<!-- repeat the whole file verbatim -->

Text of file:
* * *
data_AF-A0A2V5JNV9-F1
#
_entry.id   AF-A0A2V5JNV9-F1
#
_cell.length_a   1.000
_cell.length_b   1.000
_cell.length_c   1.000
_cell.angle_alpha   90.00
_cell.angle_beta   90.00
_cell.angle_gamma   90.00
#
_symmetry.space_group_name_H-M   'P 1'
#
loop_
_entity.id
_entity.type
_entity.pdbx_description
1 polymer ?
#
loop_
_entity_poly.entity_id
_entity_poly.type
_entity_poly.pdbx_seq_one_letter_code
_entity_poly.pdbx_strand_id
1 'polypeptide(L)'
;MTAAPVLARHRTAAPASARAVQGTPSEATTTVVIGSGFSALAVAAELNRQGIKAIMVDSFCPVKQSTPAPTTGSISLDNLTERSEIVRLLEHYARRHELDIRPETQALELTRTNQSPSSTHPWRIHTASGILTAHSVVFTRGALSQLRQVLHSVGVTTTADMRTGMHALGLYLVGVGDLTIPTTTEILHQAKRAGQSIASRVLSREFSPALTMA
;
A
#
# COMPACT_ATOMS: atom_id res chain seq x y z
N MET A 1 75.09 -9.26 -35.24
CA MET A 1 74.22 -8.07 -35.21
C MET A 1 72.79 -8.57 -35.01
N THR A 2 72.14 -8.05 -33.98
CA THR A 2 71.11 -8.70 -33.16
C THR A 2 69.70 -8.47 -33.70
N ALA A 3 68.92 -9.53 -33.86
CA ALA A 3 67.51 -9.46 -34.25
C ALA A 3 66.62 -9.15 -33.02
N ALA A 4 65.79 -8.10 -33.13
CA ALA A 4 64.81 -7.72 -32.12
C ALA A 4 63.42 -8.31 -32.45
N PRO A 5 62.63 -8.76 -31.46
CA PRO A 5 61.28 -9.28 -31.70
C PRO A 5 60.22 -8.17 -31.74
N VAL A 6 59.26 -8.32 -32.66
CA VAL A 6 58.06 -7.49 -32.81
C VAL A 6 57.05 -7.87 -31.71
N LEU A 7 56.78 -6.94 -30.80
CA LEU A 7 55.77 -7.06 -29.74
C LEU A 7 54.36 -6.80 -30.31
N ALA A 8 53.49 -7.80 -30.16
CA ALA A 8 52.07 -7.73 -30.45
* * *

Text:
data_AF-A0A2V5JNV9-F1
#
_entry.id   AF-A0A2V5JNV9-F1
#
_cell.length_a   1.000
_cell.length_b   1.000
_cell.length_c   1.000
_cell.angle_alpha   90.00
_cell.angle_beta   90.00
_cell.angle_gamma   90.00
#
_symmetry.space_group_name_H-M   'P 1'
#
loop_
_entity.id
_entity.type
_entity.pdbx_description
1 polymer ?
#
loop_
_entity_poly.entity_id
_entity_poly.type
_entity_poly.pdbx_seq_one_letter_code
_entity_poly.pdbx_strand_id
1 'polypeptide(L)'
;MTAAPVLARHRTAAPASARAVQGTPSEATTTVVIGSGFSALAVAAELNRQGIKAIMVDSFCPVKQSTPAPTTGSISLDNLTERSEIVRLLEHYARRHELDIRPETQALELTRTNQSPSSTHPWRIHTASGILTAHSVVFTRGALSQLRQVLHSVGVTTTADMRTGMHALGLYLVGVGDLTIPTTTEILHQAKRAGQSIASRVLSREFSPALTMA
;
A
#
# COMPACT_ATOMS: atom_id res chain seq x y z
N MET A 1 75.09 -9.26 -35.24
CA MET A 1 74.22 -8.07 -35.21
C MET A 1 72.79 -8.57 -35.01
N THR A 2 72.14 -8.05 -33.98
CA THR A 2 71.11 -8.70 -33.16
C THR A 2 69.70 -8.47 -33.70
N ALA A 3 68.92 -9.53 -33.86
CA ALA A 3 67.51 -9.46 -34.25
C ALA A 3 66.62 -9.15 -33.02
N ALA A 4 65.79 -8.10 -33.13
CA ALA A 4 64.81 -7.72 -32.12
C ALA A 4 63.42 -8.31 -32.45
N PRO A 5 62.63 -8.76 -31.46
CA PRO A 5 61.28 -9.28 -31.70
C PRO A 5 60.22 -8.17 -31.74
N VAL A 6 59.26 -8.32 -32.66
CA VAL A 6 58.06 -7.49 -32.81
C VAL A 6 57.05 -7.87 -31.71
N LEU A 7 56.78 -6.94 -30.80
CA LEU A 7 55.77 -7.06 -29.74
C LEU A 7 54.36 -6.80 -30.31
N ALA A 8 53.49 -7.80 -30.16
CA ALA A 8 52.07 -7.73 -30.45